Thursday, October 14, 2010

NYT Friday 10/15/10 Peter Wentz - I Got It

I guess my solving time is around my average for a Friday New York Times crossword, but I was a tad disappointed with that: I had started so well, getting several gimmes in the downs, especially around the center (10d Poe, 21d tome, 24d tetr-, 27d Francis) and began to build strongly from those ... but actually completing a corner was more of a challenge.

The first to yield was the NE corner (after 7 minutes), where spliff came as a surprise - it's actually appeared in the New York Times before in 2008, so the water has been tested as far as that's concerned.

Moving down to the SE, I finished that except for the crossing of 63d Dr. K and 67a snookers. "flimflam" ([to subject to] deceptive nonsense, per MWCD11) is one of those words I don't have quite straight in my mind, never finding much use for it, so it was annoying to be given no help by {Nickname for Dwight Gooden}, the obvious D and G clearly not making sense. snookers for {Flimflams} eventually seemed compelling later on.

Uncle ScroogeNext to the SW, which collapsed like a house of cards once I thought of Javier at 60a, which pointed to whack job at 35d. With those, the rest of that corner was fairly easy, and after a little experimentation with the options for 56a and 56d, I remembered Scrooge's nephew Fred. All this had been achieved in the first 16 minutes.

I wasn't so lucky with the NW corner, where I stalled really close to finishing: I had the last five letters of each of the longer acrosses (1a, 15a, 17a) but couldn't find beginnings that could be built upon. Unfortunately, they all have a word break after the first three letters, creating a significant barrier to progress.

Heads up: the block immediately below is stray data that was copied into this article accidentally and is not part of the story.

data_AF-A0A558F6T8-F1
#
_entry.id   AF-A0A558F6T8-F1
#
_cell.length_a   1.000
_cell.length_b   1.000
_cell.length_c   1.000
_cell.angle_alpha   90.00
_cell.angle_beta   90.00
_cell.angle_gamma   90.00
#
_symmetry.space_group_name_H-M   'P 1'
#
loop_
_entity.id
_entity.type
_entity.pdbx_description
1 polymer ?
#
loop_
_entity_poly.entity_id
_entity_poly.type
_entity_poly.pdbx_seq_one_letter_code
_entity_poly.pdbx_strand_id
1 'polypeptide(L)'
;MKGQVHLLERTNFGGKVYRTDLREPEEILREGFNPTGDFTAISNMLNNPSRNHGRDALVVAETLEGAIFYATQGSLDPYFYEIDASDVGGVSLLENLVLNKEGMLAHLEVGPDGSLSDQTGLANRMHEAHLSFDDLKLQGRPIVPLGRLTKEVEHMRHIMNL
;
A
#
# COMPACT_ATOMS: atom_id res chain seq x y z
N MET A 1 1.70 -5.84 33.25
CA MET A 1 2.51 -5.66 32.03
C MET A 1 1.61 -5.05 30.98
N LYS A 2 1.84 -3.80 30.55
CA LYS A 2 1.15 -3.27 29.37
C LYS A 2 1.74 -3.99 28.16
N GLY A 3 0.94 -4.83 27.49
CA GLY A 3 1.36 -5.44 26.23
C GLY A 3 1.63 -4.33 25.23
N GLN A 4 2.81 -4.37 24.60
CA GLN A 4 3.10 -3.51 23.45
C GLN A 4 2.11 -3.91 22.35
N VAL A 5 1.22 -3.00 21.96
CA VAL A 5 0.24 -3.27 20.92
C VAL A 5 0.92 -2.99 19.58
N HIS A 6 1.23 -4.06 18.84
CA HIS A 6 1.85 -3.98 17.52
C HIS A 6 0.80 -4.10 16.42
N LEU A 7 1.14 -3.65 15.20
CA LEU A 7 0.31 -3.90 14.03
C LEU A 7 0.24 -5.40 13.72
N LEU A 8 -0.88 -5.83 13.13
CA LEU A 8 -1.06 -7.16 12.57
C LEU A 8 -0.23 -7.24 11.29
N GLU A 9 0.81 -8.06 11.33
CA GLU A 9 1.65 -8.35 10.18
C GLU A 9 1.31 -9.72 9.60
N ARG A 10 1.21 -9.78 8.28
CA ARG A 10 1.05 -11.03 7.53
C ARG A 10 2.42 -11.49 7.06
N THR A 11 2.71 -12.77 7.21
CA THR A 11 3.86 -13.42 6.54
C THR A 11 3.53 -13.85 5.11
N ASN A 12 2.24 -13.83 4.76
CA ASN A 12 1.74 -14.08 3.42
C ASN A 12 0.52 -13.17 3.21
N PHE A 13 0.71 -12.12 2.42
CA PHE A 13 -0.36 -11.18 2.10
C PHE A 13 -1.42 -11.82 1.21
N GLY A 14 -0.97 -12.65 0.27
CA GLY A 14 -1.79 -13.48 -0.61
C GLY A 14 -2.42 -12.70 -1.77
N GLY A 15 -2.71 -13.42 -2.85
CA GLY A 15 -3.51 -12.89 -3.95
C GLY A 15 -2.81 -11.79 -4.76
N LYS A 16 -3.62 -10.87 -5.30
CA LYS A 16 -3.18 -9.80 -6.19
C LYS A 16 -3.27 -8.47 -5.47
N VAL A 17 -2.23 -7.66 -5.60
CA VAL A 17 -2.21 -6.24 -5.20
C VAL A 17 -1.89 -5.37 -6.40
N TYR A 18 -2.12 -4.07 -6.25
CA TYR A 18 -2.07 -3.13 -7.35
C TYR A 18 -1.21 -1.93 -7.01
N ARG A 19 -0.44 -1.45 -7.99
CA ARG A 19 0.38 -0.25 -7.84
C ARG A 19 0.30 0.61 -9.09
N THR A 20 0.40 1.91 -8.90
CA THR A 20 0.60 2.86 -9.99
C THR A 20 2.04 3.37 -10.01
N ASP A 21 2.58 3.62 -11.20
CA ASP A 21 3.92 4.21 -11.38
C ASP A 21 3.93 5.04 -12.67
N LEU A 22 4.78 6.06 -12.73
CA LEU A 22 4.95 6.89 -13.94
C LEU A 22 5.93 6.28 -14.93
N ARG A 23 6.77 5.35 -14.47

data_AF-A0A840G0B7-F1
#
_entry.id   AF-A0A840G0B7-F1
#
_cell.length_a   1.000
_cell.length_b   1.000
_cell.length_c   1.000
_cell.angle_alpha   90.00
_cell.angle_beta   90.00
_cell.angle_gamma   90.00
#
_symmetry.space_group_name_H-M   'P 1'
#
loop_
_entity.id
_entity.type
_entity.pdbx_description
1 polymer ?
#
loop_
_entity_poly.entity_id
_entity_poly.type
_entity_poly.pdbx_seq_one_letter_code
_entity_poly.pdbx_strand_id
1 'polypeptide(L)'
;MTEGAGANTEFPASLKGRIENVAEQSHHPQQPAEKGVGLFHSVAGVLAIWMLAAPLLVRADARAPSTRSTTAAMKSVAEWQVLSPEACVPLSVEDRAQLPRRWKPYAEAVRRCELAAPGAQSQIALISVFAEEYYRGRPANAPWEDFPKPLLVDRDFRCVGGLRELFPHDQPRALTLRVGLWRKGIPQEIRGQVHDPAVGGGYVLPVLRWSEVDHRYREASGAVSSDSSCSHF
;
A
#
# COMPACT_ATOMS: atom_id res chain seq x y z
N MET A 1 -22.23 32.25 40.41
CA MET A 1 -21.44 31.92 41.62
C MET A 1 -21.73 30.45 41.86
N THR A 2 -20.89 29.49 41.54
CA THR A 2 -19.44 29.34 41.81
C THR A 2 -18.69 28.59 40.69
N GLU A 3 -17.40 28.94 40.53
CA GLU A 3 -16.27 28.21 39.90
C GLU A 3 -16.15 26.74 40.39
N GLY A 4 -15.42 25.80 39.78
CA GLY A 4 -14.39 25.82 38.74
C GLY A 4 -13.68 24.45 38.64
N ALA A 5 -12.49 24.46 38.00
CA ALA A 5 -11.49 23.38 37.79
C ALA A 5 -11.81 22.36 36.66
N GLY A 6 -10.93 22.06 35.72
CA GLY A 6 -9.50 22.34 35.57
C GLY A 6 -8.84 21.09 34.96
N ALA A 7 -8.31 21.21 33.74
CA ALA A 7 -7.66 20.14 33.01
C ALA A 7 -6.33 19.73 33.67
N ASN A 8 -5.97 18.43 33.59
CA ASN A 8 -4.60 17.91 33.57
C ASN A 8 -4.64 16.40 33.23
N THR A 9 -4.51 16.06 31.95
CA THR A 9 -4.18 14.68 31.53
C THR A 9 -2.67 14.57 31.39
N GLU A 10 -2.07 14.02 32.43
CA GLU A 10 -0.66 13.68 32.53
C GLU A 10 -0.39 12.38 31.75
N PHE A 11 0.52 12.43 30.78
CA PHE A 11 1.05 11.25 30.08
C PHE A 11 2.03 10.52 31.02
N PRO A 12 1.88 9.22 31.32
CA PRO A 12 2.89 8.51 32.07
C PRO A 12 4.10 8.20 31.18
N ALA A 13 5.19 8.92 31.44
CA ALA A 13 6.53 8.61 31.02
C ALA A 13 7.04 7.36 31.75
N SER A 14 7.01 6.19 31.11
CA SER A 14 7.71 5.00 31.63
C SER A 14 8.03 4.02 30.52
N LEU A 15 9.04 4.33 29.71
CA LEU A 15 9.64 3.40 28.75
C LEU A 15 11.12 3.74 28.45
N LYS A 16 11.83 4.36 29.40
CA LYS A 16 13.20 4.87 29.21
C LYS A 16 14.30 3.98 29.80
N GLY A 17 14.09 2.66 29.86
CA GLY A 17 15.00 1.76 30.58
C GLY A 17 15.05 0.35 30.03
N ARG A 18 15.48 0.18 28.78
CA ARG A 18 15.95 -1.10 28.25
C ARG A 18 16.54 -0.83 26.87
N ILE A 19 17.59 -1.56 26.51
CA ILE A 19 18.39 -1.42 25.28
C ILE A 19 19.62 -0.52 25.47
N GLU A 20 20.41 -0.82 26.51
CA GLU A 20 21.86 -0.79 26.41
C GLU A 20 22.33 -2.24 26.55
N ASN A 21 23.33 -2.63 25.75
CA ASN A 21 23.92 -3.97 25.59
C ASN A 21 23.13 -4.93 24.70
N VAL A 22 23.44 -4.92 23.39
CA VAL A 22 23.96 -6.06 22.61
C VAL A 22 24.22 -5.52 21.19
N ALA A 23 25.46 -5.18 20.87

There's some excuse for me not knowing Joe Isuzu, although maybe I should now suspect Joe a likely name in the context of a "pitchman". At 15a, I've got it! was my first idea for {"No problem!"}, but this was a blind alley that wasted a lot of time. I knew acrosses as far up as ozs. at 19a, although I had less confidence in that than 23a Vette and 28a Essex. Eventually, I rethought the possible beginnings for 15-Across and once I had you got it!, the rest fell into place.
Solving time: 29 mins (solo, no solving aids)
Clue of the puzz: 44d break-in {Cause for an alarm}
Solution

Peter Wentz
Grid art by Sympathy [about the grid colors]

Crucimetrics [about Crucimetrics]
CompilersPeter Wentz / Will Shortz
Grid15x15 with 31 (13.8%) black squares
Answers72 (average length 5.39)
Theme squares0 (0.0%)
Scrabble points392 (average 2.02)
Letters usedABCDEFGHIJKLMNOPQRSTUVWXYZ
FeaturePangrammatic
Video of the Day



17a Joe Isuzu {Pitchman who said "It has more seats than the Astrodome!"}. Joe Isuzu was a fictional spokesman used in a series of television advertisements for Isuzu cars and trucks. Created by the Madison Avenue ad agency Della Femina, Travisano, and Partners, the segments aired on American television in 1986-90, reaching their zenith in 1987 after the character was featured during Super Bowl XXI. Played by actor David Leisure (Empty Nest), Joe Isuzu was a pathological liar who made outrageous and overinflated claims about Isuzu’s cars. (One commercial even cast him as the Boy who Cried Wolf.) The campaign was resurrected briefly in 1999 and continued until 2001 to promote several cars such as the Isuzu Axiom. Famous quotes:
  • “You have my word on it.”
  • “If I’m lying, may lightning hit my mother.” (“Good luck, Mom!” appears on screen.)
  • “It has more seats than the Astrodome!”
  • “Hi, I’m Joe Isuzu and I used my new Isuzu pickup truck to carry a 2,000 pound cheeseburger.”
  • “The Isuzu Impulse: faster than a speeding—[catches a bullet in his teeth]—well, you know.”
The character became a fixture in American popular culture. In 1988 Michael Dukakis, in a debate with George H. W. Bush during that year's United States presidential election, said, "If Bush keeps it up, he's going to be the Joe Isuzu of American politics."

The Doctor is IN

19a ozs. {They may be fluid: Abbr.}. Reference to fluid ounces.

35a wet rag {Total bore}. I'm guessing a wet rag is akin to a wet blanket.

38a C-Notes {Large pieces of cabbage?}. cabbage = money is in Pavlov's Guide to Crosswords.